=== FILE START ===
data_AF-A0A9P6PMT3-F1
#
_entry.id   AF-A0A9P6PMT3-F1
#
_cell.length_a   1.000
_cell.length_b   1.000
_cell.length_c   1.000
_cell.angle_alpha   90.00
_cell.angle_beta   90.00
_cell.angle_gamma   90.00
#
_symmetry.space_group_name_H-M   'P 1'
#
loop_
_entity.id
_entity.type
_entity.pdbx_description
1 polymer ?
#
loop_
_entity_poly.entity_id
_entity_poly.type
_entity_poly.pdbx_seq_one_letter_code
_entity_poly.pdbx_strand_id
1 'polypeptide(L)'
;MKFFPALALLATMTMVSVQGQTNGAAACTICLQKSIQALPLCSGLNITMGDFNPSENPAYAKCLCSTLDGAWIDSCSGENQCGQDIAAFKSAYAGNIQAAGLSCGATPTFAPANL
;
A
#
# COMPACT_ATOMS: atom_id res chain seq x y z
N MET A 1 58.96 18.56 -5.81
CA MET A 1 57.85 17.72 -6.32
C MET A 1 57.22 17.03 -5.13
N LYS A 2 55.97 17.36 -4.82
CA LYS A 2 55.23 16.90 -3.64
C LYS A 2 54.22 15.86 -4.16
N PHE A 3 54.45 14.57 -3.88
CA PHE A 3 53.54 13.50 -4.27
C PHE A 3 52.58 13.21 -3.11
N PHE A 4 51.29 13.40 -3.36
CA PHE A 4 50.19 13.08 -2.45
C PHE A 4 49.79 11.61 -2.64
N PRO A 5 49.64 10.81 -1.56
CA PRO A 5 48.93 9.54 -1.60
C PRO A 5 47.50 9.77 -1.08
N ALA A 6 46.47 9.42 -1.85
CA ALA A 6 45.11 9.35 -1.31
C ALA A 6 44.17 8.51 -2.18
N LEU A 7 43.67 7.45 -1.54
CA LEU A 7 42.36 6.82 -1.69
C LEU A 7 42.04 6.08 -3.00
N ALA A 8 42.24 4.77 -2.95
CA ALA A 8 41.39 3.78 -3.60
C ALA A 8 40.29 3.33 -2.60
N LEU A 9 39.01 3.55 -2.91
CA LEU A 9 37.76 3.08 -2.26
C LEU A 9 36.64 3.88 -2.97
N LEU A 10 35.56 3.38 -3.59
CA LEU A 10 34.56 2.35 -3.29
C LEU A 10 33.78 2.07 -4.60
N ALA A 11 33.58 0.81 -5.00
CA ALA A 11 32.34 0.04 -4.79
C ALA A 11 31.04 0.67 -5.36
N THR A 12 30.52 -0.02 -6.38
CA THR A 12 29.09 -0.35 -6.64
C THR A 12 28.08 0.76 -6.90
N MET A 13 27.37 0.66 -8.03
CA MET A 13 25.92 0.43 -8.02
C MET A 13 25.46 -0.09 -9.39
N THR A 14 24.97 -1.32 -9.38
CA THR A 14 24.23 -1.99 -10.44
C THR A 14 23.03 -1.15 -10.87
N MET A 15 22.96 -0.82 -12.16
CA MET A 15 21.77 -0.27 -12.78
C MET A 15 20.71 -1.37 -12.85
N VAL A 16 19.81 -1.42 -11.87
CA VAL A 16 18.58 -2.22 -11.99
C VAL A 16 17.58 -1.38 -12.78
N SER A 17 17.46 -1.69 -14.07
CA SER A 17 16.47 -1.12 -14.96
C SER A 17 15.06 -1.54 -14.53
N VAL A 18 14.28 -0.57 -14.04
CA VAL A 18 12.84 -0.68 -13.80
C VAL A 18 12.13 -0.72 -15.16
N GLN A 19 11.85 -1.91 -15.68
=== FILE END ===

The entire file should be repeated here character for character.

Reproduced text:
data_AF-A0A9P6PMT3-F1
#
_entry.id   AF-A0A9P6PMT3-F1
#
_cell.length_a   1.000
_cell.length_b   1.000
_cell.length_c   1.000
_cell.angle_alpha   90.00
_cell.angle_beta   90.00
_cell.angle_gamma   90.00
#
_symmetry.space_group_name_H-M   'P 1'
#
loop_
_entity.id
_entity.type
_entity.pdbx_description
1 polymer ?
#
loop_
_entity_poly.entity_id
_entity_poly.type
_entity_poly.pdbx_seq_one_letter_code
_entity_poly.pdbx_strand_id
1 'polypeptide(L)'
;MKFFPALALLATMTMVSVQGQTNGAAACTICLQKSIQALPLCSGLNITMGDFNPSENPAYAKCLCSTLDGAWIDSCSGENQCGQDIAAFKSAYAGNIQAAGLSCGATPTFAPANL
;
A
#
# COMPACT_ATOMS: atom_id res chain seq x y z
N MET A 1 58.96 18.56 -5.81
CA MET A 1 57.85 17.72 -6.32
C MET A 1 57.22 17.03 -5.13
N LYS A 2 55.97 17.36 -4.82
CA LYS A 2 55.23 16.90 -3.64
C LYS A 2 54.22 15.86 -4.16
N PHE A 3 54.45 14.57 -3.88
CA PHE A 3 53.54 13.50 -4.27
C PHE A 3 52.58 13.21 -3.11
N PHE A 4 51.29 13.40 -3.36
CA PHE A 4 50.19 13.08 -2.45
C PHE A 4 49.79 11.61 -2.64
N PRO A 5 49.64 10.81 -1.56
CA PRO A 5 48.93 9.54 -1.60
C PRO A 5 47.50 9.77 -1.08
N ALA A 6 46.47 9.42 -1.85
CA ALA A 6 45.11 9.35 -1.31
C ALA A 6 44.17 8.51 -2.18
N LEU A 7 43.67 7.45 -1.54
CA LEU A 7 42.36 6.82 -1.69
C LEU A 7 42.04 6.08 -3.00
N ALA A 8 42.24 4.77 -2.95
CA ALA A 8 41.39 3.78 -3.60
C ALA A 8 40.29 3.33 -2.60
N LEU A 9 39.01 3.55 -2.91
CA LEU A 9 37.76 3.08 -2.26
C LEU A 9 36.64 3.88 -2.97
N LEU A 10 35.56 3.38 -3.59
CA LEU A 10 34.56 2.35 -3.29
C LEU A 10 33.78 2.07 -4.60
N ALA A 11 33.58 0.81 -5.00
CA ALA A 11 32.34 0.04 -4.79
C ALA A 11 31.04 0.67 -5.36
N THR A 12 30.52 -0.02 -6.38
CA THR A 12 29.09 -0.35 -6.64
C THR A 12 28.08 0.76 -6.90
N MET A 13 27.37 0.66 -8.03
CA MET A 13 25.92 0.43 -8.02
C MET A 13 25.46 -0.09 -9.39
N THR A 14 24.97 -1.32 -9.38
CA THR A 14 24.23 -1.99 -10.44
C THR A 14 23.03 -1.15 -10.87
N MET A 15 22.96 -0.82 -12.16
CA MET A 15 21.77 -0.27 -12.78
C MET A 15 20.71 -1.37 -12.85
N VAL A 16 19.81 -1.42 -11.87
CA VAL A 16 18.58 -2.22 -11.99
C VAL A 16 17.58 -1.38 -12.78
N SER A 17 17.46 -1.69 -14.07
CA SER A 17 16.47 -1.12 -14.96
C SER A 17 15.06 -1.54 -14.53
N VAL A 18 14.28 -0.57 -14.04
CA VAL A 18 12.84 -0.68 -13.80
C VAL A 18 12.13 -0.72 -15.16
N GLN A 19 11.85 -1.91 -15.68